Art Berglund was born in Fort Frances, Ont., a place that has long winters and, if you remove Tim and Neil Sheehy – who were born there, but grew up in Minnesota – has produced seven players who played in the NHL. That’s pretty darn good for a town that size. After Berglund went off to play at Colorado College, he became an executive with USA Hockey, where he forged a career that earned him induction into the International Ice Hockey Federation’s Hall of Fame. Reflecting on his native country stumbling at an international tournament in the 1980s, Berglund made a keen observation.
“Canada gave the world a wonderful game,” Berglund said. “But other countries can play it, too.’’
Canadian hockey fans and observers who may be looking for some perspective after watching their team fall 2-1 in overtime in the quarterfinal of the World Junior Championship Wednesday night would be well-advised to heed those words in the coming days and months. If you’re looking for someone to blame for this, have a go at former NHL defenseman Carl Brewer, the man who led the charge to get Alan Eagleson kicked out of the Hockey Hall of Fame. During his four-year hiatus from the NHL, Brewer was a player-coach in the 1968-69 season for IFK Helsinki – exactly 50 years ago – and sowed the seeds that have helped Finland become a hockey power. He’s in the Finnish Hockey Hall of Fame and his picture still has a prominent place in IFK Helsinki’s home arena.
This will long be remembered by Canadians as a junior team that was simply not good enough. The defeat may have come as a surprise to Canadian fans who expect their team to be in serious contention for medals every year, but it did not to NHL scouts who have followed this age group of players. There was not enough offense, there were some very questionable coaching decisions and it was a team that relied far too heavily on its goaltender. Including the pre-tournament games, it played eight times. It barely defeated Switzerland twice, demolished Denmark and handily beat Slovakia and the Czech Republic. It lost twice to Finland and once to Russia, which means it did not beat a single top-five hockey power. Not sure that’s ever happened before. Canada will finish sixth in this tournament behind the four semifinalists and Sweden, which is ugly no matter which way you slice it. Perhaps this team should not have won gold, but it still underachieved in spectacular fashion.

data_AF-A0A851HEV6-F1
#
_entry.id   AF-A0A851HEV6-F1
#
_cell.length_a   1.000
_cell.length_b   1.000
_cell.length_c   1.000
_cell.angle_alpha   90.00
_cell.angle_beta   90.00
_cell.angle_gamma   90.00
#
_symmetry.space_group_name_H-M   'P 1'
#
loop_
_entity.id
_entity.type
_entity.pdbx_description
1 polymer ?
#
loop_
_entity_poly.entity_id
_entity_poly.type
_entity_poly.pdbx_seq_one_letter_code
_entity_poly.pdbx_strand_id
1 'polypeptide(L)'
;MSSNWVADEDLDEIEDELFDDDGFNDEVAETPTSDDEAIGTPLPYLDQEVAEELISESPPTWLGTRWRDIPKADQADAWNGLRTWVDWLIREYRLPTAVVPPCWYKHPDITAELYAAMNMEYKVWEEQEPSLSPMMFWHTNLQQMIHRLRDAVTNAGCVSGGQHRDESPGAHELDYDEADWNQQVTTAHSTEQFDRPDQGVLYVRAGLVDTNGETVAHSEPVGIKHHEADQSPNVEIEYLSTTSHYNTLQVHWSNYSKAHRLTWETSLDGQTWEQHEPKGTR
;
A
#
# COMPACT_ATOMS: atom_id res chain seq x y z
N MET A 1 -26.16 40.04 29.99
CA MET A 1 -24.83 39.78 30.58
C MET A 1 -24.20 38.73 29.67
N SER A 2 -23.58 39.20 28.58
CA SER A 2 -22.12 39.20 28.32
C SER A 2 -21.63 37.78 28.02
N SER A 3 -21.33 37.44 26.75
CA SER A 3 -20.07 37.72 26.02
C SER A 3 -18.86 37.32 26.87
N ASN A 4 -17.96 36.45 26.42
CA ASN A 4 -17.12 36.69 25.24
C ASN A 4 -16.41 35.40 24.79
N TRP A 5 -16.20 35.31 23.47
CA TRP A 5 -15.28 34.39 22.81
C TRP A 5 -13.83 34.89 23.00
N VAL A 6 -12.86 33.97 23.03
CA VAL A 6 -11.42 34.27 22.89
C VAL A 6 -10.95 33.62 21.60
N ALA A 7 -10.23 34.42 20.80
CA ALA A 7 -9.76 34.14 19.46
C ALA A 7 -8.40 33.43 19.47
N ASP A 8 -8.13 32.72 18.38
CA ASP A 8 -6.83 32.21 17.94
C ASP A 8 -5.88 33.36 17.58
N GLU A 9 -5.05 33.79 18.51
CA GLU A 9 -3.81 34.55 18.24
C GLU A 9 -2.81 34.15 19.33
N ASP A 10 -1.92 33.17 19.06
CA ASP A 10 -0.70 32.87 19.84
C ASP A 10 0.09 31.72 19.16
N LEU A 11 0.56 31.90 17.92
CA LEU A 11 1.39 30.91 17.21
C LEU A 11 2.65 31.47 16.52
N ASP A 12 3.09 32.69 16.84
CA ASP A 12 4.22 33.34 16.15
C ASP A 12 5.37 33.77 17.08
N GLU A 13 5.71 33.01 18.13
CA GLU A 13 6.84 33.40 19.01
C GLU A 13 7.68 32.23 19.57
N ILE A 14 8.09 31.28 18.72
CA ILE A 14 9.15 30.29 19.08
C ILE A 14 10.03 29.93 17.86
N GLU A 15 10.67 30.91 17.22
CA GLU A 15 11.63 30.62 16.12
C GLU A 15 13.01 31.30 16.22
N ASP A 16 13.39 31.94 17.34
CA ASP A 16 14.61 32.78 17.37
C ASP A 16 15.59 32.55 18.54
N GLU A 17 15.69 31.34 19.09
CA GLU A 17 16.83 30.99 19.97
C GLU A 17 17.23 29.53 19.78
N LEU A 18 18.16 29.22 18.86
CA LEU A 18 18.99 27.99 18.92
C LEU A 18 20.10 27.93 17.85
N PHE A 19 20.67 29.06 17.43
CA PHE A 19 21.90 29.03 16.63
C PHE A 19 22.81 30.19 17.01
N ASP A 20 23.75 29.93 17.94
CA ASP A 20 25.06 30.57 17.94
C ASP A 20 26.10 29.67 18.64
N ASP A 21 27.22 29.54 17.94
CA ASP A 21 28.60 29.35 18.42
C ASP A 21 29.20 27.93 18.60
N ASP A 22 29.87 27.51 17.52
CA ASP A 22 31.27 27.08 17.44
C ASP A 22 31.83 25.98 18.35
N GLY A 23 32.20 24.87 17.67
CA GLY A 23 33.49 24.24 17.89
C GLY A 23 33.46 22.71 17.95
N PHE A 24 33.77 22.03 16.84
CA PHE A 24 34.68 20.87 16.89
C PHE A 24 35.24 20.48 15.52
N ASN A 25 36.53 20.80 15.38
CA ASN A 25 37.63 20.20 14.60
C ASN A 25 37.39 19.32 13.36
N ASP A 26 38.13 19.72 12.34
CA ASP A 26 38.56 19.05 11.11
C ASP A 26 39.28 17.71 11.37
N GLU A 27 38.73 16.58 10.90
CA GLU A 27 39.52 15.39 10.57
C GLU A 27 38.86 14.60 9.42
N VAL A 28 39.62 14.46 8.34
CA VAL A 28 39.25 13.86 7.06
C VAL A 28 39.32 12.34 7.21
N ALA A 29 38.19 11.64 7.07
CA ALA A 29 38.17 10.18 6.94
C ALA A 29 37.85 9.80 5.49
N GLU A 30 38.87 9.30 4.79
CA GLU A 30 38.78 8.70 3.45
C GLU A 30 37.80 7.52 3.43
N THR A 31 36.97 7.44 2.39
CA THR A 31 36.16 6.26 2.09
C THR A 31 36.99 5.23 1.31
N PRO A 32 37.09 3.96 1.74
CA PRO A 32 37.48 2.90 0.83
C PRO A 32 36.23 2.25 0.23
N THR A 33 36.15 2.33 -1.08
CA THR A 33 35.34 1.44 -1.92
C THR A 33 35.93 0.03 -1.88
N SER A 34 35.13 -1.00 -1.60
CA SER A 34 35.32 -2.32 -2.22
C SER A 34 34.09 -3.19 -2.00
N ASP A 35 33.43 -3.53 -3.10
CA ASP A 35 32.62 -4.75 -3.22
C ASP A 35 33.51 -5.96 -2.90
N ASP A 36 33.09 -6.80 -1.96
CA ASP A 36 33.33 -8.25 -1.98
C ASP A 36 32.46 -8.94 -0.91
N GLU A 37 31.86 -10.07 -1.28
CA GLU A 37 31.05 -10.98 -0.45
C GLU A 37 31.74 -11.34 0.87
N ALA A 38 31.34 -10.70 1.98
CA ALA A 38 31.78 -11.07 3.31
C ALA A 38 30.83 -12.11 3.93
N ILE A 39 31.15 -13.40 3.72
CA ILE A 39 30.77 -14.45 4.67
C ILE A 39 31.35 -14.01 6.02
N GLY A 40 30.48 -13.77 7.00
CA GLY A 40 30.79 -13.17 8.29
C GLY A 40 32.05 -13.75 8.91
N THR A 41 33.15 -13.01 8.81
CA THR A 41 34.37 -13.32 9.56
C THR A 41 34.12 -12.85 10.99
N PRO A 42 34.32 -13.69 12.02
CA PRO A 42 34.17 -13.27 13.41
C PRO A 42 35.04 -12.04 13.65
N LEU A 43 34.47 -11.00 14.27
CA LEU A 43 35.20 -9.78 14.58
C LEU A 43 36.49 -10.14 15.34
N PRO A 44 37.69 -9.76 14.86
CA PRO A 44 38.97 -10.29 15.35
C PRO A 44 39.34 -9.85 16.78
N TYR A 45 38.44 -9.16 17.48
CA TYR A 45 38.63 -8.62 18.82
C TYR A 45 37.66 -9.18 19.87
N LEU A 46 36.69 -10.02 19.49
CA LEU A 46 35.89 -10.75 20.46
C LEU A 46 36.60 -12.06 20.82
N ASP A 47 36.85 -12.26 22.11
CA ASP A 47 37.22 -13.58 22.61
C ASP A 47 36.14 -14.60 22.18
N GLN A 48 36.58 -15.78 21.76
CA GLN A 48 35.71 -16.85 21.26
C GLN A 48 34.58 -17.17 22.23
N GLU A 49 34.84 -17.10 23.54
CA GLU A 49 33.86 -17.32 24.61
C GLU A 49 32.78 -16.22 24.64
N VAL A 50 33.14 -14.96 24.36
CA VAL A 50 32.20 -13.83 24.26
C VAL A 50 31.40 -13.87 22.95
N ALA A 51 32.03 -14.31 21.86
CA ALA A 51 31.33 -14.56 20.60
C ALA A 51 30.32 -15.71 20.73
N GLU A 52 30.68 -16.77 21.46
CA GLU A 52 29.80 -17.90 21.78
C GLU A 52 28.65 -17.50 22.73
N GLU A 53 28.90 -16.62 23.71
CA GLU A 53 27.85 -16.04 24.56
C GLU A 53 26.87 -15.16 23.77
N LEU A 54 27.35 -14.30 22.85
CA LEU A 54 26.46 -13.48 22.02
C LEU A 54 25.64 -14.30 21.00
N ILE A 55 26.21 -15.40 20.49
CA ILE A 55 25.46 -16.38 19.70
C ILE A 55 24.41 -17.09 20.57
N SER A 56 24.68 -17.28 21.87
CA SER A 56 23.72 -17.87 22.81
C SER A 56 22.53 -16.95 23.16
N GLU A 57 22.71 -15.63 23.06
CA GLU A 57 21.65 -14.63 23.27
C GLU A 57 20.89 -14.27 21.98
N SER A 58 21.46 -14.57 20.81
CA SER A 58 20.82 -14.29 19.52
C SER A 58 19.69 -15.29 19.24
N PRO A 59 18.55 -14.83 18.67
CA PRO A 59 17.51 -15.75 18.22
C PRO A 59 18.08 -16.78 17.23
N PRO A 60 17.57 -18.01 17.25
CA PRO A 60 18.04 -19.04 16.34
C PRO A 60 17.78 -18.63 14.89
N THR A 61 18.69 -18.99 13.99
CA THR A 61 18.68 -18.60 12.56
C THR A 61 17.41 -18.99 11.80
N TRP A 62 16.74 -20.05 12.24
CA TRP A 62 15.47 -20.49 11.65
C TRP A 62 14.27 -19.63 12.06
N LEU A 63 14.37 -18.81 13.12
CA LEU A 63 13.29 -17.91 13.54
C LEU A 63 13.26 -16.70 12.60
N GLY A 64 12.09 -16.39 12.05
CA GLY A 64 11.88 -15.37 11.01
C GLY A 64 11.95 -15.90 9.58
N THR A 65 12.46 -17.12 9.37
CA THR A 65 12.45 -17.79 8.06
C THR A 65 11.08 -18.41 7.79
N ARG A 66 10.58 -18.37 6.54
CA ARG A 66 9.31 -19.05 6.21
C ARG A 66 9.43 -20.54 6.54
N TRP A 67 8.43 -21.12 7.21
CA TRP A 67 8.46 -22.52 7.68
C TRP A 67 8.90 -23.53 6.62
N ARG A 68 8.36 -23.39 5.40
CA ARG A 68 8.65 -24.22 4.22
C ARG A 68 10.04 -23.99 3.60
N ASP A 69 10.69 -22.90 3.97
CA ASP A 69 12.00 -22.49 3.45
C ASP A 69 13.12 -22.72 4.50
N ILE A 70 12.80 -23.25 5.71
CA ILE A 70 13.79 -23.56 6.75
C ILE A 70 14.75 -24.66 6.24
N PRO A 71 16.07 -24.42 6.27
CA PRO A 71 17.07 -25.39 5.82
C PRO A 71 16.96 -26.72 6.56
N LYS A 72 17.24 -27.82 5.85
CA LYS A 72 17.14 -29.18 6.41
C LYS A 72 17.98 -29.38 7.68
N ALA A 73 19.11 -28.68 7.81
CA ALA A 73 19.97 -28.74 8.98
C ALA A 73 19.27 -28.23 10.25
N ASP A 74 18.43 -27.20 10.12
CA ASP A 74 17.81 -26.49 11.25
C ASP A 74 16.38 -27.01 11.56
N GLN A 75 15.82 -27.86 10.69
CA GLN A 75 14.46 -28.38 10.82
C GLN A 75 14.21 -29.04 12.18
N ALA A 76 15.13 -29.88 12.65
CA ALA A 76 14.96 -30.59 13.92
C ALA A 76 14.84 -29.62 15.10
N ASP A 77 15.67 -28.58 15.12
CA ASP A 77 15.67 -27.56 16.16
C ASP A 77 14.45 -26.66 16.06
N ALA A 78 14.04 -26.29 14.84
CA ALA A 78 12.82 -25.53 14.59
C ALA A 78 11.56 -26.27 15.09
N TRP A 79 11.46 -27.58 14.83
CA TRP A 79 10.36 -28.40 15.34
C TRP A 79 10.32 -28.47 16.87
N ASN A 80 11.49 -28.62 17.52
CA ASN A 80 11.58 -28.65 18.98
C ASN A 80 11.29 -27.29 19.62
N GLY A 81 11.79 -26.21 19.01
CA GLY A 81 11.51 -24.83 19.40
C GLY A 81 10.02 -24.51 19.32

Until the quarterfinal, Finland was not much better, which combined with Sweden’s loss in another quarterfinal, gives you a pretty good idea of how meaningless the preliminary round of this tournament is. But Finland was very, very good when it had to be and Canada came up woefully short. Undoubtedly, Hockey Canada, which more than does its part to contribute to the white-hot pressure this team annually faces in this tournament, will spend the next couple of days telling us these are just teenage boys and fans should not place such enormous expectations on them.
Which brings us to Finland, the little country that plays with a lion on its chest and with the heart of a lion. There are some pretty wonderful things happening for the Finns of late. A country that once seemed to be a major producer of goalies has cultivated some dazzling and explosive offensive stars, both in the NHL and the junior ranks. According to the IIHF’s own figures, Canada has almost 10 times as many players as Finland (637,000 to 73,374), more than 10 times the number of indoor rinks (3,300 to 268) and almost seven times as many people (36.7 million to 5.5 million). For this country to even be able to compete with a powerhouse such as Canada is impressive, that it is able to defeat it every once in a while borders on mind-boggling.
It’s a testament to the Finns and the way they’ve approached their development. Teemu Selanne, who was fairly proficient at putting the puck in the back of the net in his day, has a school for elite Finnish teenagers where the sole purpose is to better teach them to be better goalscorers. But more than anything, it’s how this country approaches the game. It does so with a strange brew of humility, tenacity and pride, which makes it a tough out for its opponents at best, an upset-in-the-making at worst.
The 2019 World Junior Championship will be remembered as nothing short of a disaster of biblical proportions for the country that cares most about it. But perhaps once that subsides, they may see it for what it is: a triumph for the sport as a whole. Canada, a country that has twice had runs of five straight gold medals, no longer owns this tournament, even though the event is heavily skewed in its favor by being played there every other year. Other countries have joined the party and that’s a great thing. After all, as Art Berglund said, Canada gave the world a wonderful game, but other countries can play it, too.